Bugeoguk: Korean Pollack Soup

bugeoguk

My mother-in-law introduced me to dried pollock, a type of dried fish used commonly in Korean cooking. She initially told me that I could just cook the fish along with some carrots and onions. I tried doing that but the soup wasn’t as flavorful as she described. I decided to make something the Koreans would make. Bugeoguk is known as a “hangover soup” in Korea.

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pasta with fennel, sardines, and currants

pasta with fennel, sardines, and currants

I love the flavor of anchovies, sardines and other small fish. The hubs on the other hand detests those flavors and smells. As such, I can only enjoy these dishes on my own and usually cook them when the hubs is away at work. I usually don’t make an extra effort to gather ingredients to make dishes like this pasta. I only cook them when I happen to have the ingredients around.

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fish en papillote

tied up package

Wrapping food up in small packages using foil or parchment is one of my favorite cooking methods. For one, it requires very little cleanup as you can eat from the package. Depending on what you are cooking, preparation can also be relatively simple. I love cooking fish using this method because it’s also quick. Fish takes about 10-20 minutes depending on the size of the fish. You also don’t have to let the fish sit in the marinade.

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fish tacos

fish taco flat

Ever since moving to the West Coast I’ve been introduced to real Mexican fare. Previously living on the East Coast, I ate mostly Tex-Mex food and never knew that taco shells were actually soft and not hard and crisp. Thanks to the hubs and Yelp! I’ve had fantabulous Mexican food in SoCal. We haven’t yet found any good places in the Bay Area but I’m sure they exist.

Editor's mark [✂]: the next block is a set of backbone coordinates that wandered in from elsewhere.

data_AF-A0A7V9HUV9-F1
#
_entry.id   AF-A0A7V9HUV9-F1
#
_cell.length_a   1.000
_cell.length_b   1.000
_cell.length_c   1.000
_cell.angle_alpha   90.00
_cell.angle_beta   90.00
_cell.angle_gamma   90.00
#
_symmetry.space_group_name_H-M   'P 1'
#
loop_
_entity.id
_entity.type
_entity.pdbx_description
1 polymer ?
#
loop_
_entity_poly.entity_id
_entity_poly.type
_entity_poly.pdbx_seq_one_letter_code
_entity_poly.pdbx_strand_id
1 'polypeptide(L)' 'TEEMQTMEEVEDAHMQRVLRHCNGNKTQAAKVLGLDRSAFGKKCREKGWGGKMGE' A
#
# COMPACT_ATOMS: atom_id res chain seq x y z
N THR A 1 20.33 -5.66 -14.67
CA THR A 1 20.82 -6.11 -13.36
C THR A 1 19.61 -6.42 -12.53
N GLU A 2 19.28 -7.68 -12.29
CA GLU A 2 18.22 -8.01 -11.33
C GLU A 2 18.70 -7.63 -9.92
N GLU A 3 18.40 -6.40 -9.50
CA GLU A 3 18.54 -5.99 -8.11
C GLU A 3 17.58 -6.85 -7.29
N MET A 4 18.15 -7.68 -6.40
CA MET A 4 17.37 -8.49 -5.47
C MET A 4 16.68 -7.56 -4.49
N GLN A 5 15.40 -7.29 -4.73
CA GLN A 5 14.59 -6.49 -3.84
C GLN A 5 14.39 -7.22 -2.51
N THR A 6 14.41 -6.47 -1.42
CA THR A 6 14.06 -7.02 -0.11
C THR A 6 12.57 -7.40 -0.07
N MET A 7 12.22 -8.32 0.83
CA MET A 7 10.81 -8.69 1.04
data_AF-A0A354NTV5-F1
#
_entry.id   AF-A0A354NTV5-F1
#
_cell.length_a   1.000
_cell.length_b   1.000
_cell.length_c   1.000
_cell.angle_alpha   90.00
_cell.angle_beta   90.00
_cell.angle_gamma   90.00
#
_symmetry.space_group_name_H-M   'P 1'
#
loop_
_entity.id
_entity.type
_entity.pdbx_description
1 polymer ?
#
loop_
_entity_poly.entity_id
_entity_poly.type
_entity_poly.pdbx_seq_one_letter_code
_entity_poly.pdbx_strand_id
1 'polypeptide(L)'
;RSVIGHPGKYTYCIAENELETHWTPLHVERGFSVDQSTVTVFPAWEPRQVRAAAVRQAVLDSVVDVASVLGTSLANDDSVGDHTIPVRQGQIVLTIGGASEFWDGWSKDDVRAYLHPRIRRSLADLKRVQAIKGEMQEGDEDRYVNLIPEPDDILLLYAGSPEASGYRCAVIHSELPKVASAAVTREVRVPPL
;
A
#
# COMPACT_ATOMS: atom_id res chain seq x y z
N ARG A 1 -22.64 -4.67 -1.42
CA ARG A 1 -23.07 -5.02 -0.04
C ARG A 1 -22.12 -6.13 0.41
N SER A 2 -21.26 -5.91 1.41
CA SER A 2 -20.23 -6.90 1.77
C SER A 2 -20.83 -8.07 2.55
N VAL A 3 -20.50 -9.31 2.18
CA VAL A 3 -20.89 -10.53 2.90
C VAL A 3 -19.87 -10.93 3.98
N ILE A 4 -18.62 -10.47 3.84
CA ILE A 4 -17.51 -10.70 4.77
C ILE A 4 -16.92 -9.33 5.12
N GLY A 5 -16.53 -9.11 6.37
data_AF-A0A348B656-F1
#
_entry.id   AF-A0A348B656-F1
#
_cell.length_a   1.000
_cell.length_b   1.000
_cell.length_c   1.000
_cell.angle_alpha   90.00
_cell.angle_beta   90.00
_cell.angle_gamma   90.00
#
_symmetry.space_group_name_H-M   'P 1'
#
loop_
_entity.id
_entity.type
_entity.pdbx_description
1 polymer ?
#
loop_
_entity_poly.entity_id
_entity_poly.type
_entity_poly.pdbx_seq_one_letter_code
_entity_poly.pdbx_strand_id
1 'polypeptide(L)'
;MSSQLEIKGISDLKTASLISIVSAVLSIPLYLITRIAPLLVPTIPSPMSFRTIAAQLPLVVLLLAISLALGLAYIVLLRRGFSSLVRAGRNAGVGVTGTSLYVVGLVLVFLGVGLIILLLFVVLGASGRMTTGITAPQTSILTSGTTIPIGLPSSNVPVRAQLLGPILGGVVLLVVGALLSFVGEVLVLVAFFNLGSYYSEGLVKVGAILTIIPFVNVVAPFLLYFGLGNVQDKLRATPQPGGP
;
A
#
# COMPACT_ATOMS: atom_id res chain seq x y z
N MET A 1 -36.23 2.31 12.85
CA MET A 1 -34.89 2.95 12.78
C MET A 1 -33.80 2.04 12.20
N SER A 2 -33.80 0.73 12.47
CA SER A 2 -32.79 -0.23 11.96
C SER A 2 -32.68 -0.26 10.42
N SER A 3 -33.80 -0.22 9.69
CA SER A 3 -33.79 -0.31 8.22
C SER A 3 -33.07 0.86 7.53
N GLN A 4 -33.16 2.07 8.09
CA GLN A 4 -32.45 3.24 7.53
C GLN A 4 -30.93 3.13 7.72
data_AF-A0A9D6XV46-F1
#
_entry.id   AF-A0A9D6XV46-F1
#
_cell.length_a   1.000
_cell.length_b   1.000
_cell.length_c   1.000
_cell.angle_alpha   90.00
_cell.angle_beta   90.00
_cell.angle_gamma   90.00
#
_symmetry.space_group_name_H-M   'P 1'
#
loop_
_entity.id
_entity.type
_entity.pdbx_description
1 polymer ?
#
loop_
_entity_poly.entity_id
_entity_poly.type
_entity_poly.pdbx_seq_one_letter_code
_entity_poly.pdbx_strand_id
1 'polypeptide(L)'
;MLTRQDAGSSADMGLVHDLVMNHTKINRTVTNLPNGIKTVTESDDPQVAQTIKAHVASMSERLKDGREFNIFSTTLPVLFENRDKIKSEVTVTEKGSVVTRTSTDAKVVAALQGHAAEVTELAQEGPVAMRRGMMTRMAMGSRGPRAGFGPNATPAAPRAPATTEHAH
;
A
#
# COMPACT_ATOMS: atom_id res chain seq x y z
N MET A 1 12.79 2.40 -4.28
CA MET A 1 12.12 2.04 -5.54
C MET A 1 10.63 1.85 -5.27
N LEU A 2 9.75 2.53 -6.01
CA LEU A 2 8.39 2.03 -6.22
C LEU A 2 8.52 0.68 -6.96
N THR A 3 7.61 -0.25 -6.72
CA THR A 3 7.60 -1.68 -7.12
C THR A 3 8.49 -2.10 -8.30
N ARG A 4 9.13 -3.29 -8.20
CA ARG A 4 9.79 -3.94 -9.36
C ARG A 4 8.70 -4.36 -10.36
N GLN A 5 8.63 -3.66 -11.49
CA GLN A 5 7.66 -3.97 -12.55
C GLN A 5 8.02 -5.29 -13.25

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thai red curry with fish

thai red curry with fish

I had originally planned to make this curry with chicken but then realised I needed more chicken for my garlic chicken. The hubs and I usually buy our fish frozen (because it is expensive fresh) and we love Target’s Swai fillets. They are firm, meaty and not bland. Personally, I prefer green curries but I only had red curry paste in the fridge so had no choice. We had this curry with leftover rice and some naan bread from Trader Joe’s (we usually keep a stash in our fridge for last minute emergency meals).

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crispy fish with chinese style soy sauce mixture

crispy fried fish with chinese style soy sauce mixture

This is a common way fish is served in the Singapore Chinese culture. I can’t say Chinese culture because I’m not from China and having met and worked with many people from China (as well as visit the country a couple of times), I know that food in China can be very different from the Chinese food in Singapore. That being said, I’m sure in every culture there’s a fried food with some gravy or sauce poured over it. And it usually means one thing – delicious goodness. The most tricky part of this dish is getting the fish to sauce ratio right. You don’t want too much or too little sauce. You should also taste the sauce and see if it’s to your liking. Some people like things saltier. The sauce recipe I found is for a steamed fish, but you can also use it for fried fish.

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sherried sardines on toast

On my weight loss quest, I came across Alton Brown’s Good Eats episode about dieting. He shared this recipe – high in omega-3s (due to the fish), with the goodness and creaminess of avocados (which also has a host of benefits). I decided to try it out since my impression of sardines was basically fishy fish with tiny bones drenched in some ketchupy sauce with onions. I bought a can of brisling sardines in olive oil and was hooked. I loved the clean flavor – not too fishy in my opinion (though the HTB might beg to differ) and the tenderness of the fish. I discovered though sardines are cheaper than brisling sardines. But the sardines taste just as good.

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